Jennifer: We want people to have higher wages, but it's got to be meant to higher productivity. And that's where the enterprise agreement system was so important because it allowed you to sit down with your workers and say, "How do we make the enterprise more successful and, in turn, give you better wages and better conditions?" But if you haven't got that negotiating platform, if you're just relying on those old awards, complex, out of date, irrelevant to many midsize and large businesses and many small businesses. Then you're not going to get that productivity. I think you would see that large companies overwhelmingly pay people more and that their enterprise agreements have actually got threes in front of them, not ones and twos. But you've got to have that capacity to negotiate some productivity benefit versus just everyone getting a wage rise without getting that growth capacity. Otherwise, where does all of this end? At some point, if you're not being more successful, then how can you sustain those wage increases?
Ross: The minimum award wage as set by the Fair Work Commission this week was increased by 2.5 per cent. But it worked out that it's now more than $40,000, the minimum wage.
Jennifer: It's a pretty high minimum wage relative to other countries. And of course for small business, particularly in those sectors...to be fair, the commission has delayed it for some of those sectors that are still at risk. But for small business in some of those sectors at risk, it's a big impasse. And if money's not coming in the door and you're putting people's wages up, there's only one choice for you, employ less people. And that's the hard reality of these things. I thought the commission made a careful decision. I thought their decision to delay things was right. Of course, we want to see people get higher wages, but you've got to be careful that you're not adding risk when we're not sure what's around the corner at the moment. And some of these sectors, they're just getting back on their feet, and they've got to be able to get that momentum and to be able to sustain those wage increases, to sustain their business getting back on their feet. So I think it's right it puts a risk, particularly for mid-sized, small businesses. We've got to find a way back to making sure that workers and employers are sitting down, negotiating better productivity. And that was the old enterprise agreement system and Labor party innovation that they didn't vote for in the Senate.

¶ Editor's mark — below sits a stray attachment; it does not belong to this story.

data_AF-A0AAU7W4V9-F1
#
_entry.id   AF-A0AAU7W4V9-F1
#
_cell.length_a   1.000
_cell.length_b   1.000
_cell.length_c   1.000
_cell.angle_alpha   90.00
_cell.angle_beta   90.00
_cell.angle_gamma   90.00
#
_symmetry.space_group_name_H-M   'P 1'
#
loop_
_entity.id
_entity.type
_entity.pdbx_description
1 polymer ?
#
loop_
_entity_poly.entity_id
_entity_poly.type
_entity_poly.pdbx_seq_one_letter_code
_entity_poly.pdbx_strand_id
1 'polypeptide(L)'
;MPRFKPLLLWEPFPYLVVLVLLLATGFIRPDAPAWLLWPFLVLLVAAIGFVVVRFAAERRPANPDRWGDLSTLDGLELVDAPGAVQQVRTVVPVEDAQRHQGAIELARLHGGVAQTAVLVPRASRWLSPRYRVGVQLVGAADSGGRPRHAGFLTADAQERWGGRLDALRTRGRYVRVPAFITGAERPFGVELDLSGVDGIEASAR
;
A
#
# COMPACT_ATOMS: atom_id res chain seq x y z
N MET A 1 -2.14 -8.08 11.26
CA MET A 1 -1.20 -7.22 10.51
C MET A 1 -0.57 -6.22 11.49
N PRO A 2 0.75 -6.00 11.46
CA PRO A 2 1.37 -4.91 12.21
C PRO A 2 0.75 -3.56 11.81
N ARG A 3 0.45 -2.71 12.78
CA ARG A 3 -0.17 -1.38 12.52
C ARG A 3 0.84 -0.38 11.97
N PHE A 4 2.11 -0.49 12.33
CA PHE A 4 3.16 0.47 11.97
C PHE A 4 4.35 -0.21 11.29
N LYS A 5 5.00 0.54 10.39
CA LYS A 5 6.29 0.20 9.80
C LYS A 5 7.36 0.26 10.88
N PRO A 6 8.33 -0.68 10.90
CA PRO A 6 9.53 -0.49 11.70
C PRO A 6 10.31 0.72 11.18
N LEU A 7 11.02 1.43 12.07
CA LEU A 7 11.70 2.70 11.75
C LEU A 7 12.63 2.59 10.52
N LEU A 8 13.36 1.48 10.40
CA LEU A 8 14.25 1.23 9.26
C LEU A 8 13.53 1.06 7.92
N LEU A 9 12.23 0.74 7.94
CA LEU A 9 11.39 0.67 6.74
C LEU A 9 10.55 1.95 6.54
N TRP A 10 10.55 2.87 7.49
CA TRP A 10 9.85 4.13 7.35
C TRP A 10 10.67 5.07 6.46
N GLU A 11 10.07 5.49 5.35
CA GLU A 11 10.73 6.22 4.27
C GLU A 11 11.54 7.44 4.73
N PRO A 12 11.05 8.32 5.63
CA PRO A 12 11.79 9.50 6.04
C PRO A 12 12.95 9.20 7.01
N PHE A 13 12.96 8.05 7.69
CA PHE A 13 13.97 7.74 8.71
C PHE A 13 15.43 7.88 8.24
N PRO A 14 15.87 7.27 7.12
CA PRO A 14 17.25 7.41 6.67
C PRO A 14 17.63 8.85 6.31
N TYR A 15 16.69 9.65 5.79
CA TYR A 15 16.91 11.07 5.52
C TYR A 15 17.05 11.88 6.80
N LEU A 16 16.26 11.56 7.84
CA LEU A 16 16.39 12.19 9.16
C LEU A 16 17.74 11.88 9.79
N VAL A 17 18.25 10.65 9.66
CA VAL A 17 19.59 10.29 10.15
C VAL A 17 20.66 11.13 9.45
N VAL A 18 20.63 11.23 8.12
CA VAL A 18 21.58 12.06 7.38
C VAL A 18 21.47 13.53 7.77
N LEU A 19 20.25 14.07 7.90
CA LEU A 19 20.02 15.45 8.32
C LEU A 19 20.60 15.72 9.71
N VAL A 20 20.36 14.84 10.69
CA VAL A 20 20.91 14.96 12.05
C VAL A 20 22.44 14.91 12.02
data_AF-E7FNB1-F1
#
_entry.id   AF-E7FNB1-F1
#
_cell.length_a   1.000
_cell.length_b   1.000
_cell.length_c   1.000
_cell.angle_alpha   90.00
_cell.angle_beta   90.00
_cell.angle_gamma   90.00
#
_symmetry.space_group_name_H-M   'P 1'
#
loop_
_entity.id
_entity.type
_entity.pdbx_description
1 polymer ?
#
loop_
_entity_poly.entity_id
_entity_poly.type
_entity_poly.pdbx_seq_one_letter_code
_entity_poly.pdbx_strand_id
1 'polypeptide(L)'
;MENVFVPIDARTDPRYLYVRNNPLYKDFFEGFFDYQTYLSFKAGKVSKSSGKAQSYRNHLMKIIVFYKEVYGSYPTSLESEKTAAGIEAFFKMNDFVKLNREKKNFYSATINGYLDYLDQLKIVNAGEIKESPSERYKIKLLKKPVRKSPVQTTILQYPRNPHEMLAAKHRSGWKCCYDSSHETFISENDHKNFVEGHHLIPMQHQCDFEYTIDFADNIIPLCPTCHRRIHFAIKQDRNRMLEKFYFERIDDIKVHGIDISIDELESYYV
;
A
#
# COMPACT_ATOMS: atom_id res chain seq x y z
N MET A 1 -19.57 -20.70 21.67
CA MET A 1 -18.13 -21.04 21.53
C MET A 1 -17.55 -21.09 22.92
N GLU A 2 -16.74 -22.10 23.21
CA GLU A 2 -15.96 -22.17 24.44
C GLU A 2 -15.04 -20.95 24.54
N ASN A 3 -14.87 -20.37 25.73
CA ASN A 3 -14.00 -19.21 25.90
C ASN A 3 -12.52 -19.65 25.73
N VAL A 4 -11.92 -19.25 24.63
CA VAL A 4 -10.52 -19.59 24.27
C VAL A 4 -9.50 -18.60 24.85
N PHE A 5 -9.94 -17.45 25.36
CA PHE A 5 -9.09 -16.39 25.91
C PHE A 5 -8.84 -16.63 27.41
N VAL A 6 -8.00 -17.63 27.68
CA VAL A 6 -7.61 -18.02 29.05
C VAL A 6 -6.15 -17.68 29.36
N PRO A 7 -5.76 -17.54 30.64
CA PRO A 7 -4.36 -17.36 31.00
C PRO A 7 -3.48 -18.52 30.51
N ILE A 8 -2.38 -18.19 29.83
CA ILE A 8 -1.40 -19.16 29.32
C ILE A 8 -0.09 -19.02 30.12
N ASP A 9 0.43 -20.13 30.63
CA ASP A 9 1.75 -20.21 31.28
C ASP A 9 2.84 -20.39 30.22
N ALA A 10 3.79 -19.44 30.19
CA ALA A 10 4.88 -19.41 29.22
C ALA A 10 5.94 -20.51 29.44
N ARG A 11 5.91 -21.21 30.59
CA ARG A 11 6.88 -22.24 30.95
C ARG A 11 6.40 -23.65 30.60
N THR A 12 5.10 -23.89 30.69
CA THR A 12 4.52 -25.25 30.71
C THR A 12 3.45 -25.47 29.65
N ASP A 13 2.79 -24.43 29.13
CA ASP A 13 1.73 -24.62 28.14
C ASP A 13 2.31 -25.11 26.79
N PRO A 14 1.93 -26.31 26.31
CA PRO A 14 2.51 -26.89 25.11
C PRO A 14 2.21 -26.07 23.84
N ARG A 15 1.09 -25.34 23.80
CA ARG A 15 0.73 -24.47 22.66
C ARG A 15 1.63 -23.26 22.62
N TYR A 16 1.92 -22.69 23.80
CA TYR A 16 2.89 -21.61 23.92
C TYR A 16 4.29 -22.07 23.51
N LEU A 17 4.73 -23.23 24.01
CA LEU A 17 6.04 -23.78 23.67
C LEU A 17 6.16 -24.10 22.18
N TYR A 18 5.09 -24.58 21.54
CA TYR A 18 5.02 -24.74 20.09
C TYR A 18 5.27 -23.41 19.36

Ross: One other aspect of the way in which wages employment works in Australia, payroll tax. Victoria increases payroll tax to help pay for mental health. Again, why have a tax on employers employing people at a time when you want more people employed?
Jennifer: Look, this is really poor policy. There's a few things. First of all, of course, we want mental health services to be properly funded. You do have to ask the question, why have they been allowed to fall into such a state? Then you get a Royal Commission. But is taxing jobs the answer to this? No. Many of these companies that are now going to be hit with very big bills, are the people who are spending millions of dollars on mental health, these are the people who paid their workers when there was no work to do in Victoria. They didn't lay them off. They paid them, and they really supported their teams. But there's also just a principle here, Ross. Nobody knows whether this is in perpetuity. I haven't seen a really detailed plan that's going to fix the mental health system. Is that going to solve the problems? And is it a good policy principle that you tax jobs? No, because what this will ultimately be, the Prime Minister made this point, and I totally agree with him, this will be self-defeating. Because if you're a company and you're staring down the barrel of an extra $20 million in some cases of tax in Victoria versus in New South Wales where the Premier has got a JobsPlus program where she is waving payroll tax if you employ extra people over 30, where are you going to put your money?
Ross: It's a very simple and very easy conversation to have. Isn't it? Jennifer Westacott, many thanks for your time.